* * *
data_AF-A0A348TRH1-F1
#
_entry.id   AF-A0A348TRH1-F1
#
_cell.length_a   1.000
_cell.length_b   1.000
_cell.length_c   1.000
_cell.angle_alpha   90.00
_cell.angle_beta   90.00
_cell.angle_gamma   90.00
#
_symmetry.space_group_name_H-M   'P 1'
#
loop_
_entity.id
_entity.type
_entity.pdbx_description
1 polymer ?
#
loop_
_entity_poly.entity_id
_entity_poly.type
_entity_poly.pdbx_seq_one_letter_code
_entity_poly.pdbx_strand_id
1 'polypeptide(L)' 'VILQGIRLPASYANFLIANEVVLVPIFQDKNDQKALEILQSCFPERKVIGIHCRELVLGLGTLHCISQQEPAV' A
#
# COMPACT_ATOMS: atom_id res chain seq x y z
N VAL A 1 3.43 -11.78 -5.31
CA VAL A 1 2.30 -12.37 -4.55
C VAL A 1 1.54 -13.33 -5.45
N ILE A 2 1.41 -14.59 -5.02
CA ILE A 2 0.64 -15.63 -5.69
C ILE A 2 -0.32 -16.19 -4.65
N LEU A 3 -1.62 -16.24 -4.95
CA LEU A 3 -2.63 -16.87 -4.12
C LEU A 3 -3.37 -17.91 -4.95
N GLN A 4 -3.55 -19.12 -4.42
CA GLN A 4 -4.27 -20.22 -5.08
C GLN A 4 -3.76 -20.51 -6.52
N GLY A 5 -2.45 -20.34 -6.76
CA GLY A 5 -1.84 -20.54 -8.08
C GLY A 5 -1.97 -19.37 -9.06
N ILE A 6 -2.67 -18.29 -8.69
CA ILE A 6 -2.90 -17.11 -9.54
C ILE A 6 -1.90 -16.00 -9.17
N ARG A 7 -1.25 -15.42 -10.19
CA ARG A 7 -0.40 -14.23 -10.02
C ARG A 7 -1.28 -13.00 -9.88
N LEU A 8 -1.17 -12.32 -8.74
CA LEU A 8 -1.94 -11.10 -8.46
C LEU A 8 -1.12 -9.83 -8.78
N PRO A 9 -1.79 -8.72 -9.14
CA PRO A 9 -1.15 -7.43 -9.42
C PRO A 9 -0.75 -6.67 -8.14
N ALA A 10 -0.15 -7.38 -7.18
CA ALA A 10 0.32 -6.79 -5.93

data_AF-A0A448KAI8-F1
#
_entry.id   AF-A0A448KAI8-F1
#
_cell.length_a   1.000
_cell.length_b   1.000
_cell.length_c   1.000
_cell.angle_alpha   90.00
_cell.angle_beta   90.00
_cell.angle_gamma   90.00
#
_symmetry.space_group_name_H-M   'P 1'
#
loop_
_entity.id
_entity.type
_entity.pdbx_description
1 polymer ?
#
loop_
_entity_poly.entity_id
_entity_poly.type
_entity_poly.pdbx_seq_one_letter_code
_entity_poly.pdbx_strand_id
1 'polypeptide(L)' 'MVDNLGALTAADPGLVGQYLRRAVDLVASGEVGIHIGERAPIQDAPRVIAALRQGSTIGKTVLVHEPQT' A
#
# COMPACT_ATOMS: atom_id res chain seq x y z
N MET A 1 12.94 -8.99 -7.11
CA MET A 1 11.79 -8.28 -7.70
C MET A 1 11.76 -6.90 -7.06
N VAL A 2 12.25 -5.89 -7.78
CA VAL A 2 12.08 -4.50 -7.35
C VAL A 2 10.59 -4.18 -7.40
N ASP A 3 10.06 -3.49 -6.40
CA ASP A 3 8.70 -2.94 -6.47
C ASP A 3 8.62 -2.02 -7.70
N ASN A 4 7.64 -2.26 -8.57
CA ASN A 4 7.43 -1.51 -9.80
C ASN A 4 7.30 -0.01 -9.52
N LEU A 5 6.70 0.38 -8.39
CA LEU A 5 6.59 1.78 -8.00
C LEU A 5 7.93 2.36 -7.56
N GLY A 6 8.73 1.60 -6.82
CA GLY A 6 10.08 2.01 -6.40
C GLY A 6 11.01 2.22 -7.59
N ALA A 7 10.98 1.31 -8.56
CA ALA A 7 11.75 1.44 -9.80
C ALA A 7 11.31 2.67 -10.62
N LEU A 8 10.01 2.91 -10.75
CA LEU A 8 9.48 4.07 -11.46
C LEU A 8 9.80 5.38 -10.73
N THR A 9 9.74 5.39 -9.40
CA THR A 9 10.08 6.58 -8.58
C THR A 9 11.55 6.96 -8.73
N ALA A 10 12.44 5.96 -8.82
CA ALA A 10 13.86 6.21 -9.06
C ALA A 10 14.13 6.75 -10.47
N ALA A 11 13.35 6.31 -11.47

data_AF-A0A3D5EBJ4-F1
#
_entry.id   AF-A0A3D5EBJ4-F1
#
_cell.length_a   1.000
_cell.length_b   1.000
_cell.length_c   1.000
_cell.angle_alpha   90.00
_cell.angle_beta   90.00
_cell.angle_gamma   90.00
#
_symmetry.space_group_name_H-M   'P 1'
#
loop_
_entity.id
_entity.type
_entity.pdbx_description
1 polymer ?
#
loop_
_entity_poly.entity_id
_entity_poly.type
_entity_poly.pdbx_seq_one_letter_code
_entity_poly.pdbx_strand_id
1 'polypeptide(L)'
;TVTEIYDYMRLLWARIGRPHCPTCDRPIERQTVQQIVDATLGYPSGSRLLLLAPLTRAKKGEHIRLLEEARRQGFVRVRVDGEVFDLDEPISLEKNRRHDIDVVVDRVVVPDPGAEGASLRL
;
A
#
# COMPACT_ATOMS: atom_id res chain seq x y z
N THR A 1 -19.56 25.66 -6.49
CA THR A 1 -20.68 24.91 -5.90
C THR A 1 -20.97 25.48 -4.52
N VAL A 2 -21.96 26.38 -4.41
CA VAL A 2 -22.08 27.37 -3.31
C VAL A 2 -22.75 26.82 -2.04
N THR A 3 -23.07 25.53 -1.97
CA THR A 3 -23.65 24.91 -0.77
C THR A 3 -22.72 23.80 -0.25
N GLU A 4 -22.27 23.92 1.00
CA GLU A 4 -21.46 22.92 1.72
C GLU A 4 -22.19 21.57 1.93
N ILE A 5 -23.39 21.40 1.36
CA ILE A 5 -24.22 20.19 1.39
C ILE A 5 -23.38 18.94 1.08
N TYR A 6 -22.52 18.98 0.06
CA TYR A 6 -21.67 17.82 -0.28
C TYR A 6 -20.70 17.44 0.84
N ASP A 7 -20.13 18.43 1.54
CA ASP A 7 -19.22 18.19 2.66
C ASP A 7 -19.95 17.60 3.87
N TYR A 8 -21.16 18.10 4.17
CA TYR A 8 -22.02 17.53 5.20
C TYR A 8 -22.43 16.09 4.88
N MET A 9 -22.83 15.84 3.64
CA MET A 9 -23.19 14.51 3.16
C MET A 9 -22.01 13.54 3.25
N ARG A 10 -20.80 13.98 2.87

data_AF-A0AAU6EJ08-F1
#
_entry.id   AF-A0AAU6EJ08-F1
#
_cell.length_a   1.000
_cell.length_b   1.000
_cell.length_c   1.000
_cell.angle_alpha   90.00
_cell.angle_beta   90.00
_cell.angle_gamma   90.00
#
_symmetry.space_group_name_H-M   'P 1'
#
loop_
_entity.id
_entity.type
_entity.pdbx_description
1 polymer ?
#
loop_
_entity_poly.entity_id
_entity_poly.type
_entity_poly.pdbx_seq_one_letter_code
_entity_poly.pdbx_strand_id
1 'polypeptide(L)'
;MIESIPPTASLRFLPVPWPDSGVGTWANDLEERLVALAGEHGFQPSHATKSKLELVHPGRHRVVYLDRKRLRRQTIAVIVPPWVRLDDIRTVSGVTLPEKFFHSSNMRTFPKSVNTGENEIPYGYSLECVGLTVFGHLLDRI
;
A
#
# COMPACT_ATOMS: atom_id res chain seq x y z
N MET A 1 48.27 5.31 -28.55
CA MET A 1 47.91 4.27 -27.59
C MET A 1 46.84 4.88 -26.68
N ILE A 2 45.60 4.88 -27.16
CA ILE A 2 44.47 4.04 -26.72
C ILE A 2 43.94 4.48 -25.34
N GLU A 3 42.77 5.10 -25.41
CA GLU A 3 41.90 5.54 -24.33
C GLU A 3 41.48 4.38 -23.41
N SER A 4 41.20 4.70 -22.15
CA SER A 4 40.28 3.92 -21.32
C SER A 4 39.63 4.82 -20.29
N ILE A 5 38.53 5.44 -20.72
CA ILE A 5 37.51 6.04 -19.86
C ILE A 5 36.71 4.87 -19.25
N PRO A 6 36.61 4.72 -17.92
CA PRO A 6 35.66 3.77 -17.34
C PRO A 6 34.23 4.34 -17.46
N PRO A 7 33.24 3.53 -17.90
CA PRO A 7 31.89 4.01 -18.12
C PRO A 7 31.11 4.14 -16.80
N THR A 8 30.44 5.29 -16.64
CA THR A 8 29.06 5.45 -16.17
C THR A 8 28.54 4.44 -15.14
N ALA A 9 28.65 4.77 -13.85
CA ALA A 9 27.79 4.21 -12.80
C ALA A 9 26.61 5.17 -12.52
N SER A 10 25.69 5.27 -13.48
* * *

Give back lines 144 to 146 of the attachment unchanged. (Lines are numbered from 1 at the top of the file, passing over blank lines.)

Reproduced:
# COMPACT_ATOMS: atom_id res chain seq x y z
N THR A 1 -19.56 25.66 -6.49
CA THR A 1 -20.68 24.91 -5.90